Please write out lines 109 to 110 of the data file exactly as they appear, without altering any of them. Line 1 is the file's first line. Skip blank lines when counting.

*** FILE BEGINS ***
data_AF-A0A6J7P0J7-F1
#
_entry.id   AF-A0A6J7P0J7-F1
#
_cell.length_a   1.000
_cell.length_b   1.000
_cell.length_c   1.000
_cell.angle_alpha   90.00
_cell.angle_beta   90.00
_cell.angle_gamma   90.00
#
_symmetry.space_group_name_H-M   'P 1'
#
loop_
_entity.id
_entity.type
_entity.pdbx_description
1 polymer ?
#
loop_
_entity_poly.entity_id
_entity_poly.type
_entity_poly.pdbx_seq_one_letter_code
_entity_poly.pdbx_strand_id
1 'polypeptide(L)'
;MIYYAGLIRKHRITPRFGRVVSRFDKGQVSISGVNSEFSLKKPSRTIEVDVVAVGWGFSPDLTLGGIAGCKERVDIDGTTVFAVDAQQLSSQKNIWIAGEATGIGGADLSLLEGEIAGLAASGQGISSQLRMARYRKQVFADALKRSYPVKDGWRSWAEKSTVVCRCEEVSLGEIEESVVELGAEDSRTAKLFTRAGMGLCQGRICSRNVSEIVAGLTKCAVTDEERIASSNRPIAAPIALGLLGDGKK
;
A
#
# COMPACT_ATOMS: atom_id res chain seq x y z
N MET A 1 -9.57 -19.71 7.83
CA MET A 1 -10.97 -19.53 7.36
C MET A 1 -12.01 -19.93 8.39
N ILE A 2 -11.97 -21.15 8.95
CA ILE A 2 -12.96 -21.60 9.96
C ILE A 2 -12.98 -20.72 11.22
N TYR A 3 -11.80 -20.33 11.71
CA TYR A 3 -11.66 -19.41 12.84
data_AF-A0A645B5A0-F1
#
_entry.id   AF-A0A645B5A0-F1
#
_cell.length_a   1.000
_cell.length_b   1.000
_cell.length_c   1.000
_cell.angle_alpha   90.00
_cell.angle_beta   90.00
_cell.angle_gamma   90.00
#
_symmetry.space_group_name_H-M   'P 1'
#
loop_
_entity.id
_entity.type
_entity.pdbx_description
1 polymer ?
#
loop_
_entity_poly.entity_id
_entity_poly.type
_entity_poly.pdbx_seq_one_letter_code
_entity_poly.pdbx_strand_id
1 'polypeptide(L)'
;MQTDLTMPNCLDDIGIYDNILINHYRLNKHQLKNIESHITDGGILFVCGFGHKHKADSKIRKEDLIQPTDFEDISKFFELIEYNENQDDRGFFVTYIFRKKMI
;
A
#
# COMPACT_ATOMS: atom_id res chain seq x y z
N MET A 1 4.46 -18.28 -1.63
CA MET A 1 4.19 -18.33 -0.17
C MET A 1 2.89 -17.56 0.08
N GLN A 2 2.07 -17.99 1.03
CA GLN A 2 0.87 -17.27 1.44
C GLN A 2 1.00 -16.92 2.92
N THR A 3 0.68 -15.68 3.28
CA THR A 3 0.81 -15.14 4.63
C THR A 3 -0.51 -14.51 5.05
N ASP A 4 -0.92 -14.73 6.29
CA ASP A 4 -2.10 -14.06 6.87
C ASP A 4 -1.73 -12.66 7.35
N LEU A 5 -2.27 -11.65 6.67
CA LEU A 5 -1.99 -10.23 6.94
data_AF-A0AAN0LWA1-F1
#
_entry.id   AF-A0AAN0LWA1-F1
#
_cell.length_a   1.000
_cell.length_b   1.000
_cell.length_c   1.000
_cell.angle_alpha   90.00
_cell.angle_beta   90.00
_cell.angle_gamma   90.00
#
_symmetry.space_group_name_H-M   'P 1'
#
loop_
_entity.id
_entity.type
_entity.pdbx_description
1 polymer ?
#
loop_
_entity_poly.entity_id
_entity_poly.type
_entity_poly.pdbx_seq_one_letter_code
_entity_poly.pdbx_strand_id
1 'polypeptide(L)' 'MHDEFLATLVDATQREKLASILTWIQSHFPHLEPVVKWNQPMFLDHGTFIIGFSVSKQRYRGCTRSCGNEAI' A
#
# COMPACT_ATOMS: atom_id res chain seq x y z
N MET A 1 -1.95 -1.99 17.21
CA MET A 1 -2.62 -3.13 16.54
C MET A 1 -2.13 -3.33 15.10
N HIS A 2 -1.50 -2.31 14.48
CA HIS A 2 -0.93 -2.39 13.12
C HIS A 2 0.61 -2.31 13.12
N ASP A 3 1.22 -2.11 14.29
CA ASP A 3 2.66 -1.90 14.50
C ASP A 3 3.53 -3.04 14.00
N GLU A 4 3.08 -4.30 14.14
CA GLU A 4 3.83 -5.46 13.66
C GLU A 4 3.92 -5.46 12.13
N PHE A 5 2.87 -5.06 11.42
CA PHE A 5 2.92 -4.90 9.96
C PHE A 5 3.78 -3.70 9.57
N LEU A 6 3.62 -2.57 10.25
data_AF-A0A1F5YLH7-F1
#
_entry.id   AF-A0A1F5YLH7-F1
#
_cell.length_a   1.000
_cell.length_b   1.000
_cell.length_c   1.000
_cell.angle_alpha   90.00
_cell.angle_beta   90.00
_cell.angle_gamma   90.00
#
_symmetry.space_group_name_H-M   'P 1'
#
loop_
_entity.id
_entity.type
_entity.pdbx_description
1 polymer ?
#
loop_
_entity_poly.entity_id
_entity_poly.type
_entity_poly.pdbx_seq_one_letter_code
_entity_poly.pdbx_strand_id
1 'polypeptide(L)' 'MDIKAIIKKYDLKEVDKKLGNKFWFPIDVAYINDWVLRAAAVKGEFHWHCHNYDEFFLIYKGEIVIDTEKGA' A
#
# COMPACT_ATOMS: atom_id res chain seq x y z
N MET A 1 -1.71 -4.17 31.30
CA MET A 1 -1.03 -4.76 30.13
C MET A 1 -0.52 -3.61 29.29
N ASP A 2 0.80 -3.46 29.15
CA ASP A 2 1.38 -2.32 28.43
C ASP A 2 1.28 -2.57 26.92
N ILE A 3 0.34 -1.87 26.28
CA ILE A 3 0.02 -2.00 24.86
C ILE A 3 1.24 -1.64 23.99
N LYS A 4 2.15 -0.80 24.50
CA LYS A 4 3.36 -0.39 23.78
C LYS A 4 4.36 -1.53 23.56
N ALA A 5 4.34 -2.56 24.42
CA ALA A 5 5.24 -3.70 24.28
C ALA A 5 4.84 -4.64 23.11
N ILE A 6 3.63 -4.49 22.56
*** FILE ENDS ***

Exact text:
# COMPACT_ATOMS: atom_id res chain seq x y z
N MET A 1 -1.95 -1.99 17.21